Rich, creamy, sweet, salty and decadent. This Salted Caramel Ice Cream is homemade at it’s best.
I like to give myself some challenges in the kitchen. Making this Salted Caramel Ice Cream was me laying down the ultimate gauntlet to my family.
Back in the summer of 2013 we holidayed in the South of France and found, on our very own campsite, a steady supply of Salted Caramel Ice Cream that each and every one of us agreed was the best ice cream we had ever tasted. We went back to the same place 2 years later. (I’m 99% certain that Chris’ only motive for returning was the hope of more ice cream). A few things had changed over these 2 years – the resort had expanded, a naturist beach had bizarrely sprung up next to our stretch of family friendly sand & sea but the ice cream, oh the ice cream… It remained as we remembered; silky, creamy, sweet and salty. Intoxicating frozen joy savoured by all of us, as often as possible, for the duration of the holiday.
Confession: for a long time I decided that I would never ever attempt to make my own Salted Caramel Ice Cream because I wasn’t sure I could face the disappointment of being told, 3 times over, that the stuff in France was much better.
However, the years keep on rolling by, we have a long list of holidays to fit in before the kids leave home and a return to the same campsite, just for the sake of the ice cream, seems just a bit too far-fetched. So I committed to making my own, doing the best job I could and living with the cruel remarks that would, inevitably, flow.
And here it is.
In the space of 2 weeks I’ve made this ice cream 3 times. My first attempt was much darker in colour than the one photographed today. And it had a slight burnt note to the caramel. Trust me, this was not a bad thing. The sweet caramel, slightly bitter, burnt undertones and salty kick blended extremely well with the creaminess of the ice cream. It was a wonderful first batch – I was proud of it.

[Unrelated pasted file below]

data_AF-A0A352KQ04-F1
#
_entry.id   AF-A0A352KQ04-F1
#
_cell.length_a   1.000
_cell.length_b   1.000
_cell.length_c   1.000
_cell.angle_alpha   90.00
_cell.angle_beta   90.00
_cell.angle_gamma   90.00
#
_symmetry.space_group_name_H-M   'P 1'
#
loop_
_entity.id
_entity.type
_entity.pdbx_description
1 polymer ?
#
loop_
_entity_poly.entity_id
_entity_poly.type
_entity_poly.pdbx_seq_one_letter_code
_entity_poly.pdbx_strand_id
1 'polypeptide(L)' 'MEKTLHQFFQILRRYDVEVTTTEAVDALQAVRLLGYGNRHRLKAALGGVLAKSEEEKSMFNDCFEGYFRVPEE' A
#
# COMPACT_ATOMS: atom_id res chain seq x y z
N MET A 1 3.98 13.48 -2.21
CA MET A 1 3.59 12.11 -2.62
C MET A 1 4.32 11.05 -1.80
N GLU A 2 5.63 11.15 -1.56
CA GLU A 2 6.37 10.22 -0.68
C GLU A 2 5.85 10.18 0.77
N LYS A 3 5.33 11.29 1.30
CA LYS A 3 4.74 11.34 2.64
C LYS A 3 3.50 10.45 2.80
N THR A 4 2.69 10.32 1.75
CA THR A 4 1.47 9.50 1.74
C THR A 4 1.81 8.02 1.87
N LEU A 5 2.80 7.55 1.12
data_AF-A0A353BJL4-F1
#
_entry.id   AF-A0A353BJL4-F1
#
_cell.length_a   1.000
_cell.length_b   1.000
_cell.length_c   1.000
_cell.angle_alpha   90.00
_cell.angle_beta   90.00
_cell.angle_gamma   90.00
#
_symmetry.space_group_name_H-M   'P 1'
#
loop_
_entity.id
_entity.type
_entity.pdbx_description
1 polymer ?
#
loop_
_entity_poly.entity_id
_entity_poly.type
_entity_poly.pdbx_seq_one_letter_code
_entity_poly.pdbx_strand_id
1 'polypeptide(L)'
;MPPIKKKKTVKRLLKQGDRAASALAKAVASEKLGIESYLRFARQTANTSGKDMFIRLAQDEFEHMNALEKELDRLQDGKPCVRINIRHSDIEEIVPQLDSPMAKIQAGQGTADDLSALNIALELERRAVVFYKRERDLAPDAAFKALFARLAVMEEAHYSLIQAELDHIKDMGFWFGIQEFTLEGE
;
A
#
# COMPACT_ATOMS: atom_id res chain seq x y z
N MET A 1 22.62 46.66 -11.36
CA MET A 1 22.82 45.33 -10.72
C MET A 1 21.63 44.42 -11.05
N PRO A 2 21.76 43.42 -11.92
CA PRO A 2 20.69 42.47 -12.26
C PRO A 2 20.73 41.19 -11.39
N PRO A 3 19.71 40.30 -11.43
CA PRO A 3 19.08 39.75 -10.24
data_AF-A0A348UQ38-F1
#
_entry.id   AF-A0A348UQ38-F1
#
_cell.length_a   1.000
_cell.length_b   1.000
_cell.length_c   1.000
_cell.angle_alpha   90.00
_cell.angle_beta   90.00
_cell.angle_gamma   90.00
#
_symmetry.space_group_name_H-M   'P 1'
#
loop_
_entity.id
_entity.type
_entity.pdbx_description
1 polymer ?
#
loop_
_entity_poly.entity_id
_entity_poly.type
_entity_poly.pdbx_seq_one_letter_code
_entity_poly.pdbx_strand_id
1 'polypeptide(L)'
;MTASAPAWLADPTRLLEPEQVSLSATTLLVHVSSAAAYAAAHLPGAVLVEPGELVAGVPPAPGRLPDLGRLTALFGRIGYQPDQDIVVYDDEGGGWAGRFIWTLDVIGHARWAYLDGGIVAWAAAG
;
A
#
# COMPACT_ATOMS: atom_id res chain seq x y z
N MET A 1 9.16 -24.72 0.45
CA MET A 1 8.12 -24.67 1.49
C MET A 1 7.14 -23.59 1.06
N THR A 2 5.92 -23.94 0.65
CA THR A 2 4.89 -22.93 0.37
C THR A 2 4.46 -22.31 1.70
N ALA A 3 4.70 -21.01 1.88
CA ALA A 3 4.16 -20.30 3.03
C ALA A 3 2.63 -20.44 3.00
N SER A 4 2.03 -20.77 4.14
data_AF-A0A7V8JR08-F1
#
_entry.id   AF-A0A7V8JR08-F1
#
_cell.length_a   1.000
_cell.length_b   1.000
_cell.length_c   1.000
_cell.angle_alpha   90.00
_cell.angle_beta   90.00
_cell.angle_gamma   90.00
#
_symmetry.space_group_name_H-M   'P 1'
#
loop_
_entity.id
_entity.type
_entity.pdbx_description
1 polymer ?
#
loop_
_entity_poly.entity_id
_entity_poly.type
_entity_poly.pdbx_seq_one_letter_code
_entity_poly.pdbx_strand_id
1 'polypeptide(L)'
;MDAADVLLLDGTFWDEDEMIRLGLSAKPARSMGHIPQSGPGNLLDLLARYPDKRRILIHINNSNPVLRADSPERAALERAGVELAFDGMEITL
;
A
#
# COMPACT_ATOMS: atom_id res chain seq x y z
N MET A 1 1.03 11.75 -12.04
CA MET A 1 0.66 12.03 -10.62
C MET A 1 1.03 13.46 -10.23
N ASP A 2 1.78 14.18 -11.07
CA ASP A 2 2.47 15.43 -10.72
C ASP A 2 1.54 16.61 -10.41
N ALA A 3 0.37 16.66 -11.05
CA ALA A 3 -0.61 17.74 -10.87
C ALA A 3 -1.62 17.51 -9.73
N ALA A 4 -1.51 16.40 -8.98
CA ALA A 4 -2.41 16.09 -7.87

However, because I’m always seeking family approval absolute perfection I made the same recipe again, but cooked the caramel a little less. This time it was mid-amber in colour rather than dark amber. The difference this made to the colour of the final ice cream is phenomenal. I do wish I’d taken a photograph of the first batch to show you the transformation it made. But the proof is in the tasting…. once the family got wind of what I’d made, the ice cream didn’t last long enough for photographs.
Though I was slightly disappointed when I noticed the difference in colour second time around, I couldn’t argue that the salted caramel taste was spot on. Pure, deeply addictive, salty caramel all wrapped up in smooth, creamy ice cream.
What I like best about Salted Caramel in general is how the saltiness tones down the overtly sweet nature of caramel, bringing a slightly savoury edge to the mix. And just like the intensity of the caramel, the saltiness is something that can be adjusted to suit your own palate. The recipe I’ve listed below gives my ideal blend, but feel free to play around. google maps driving directions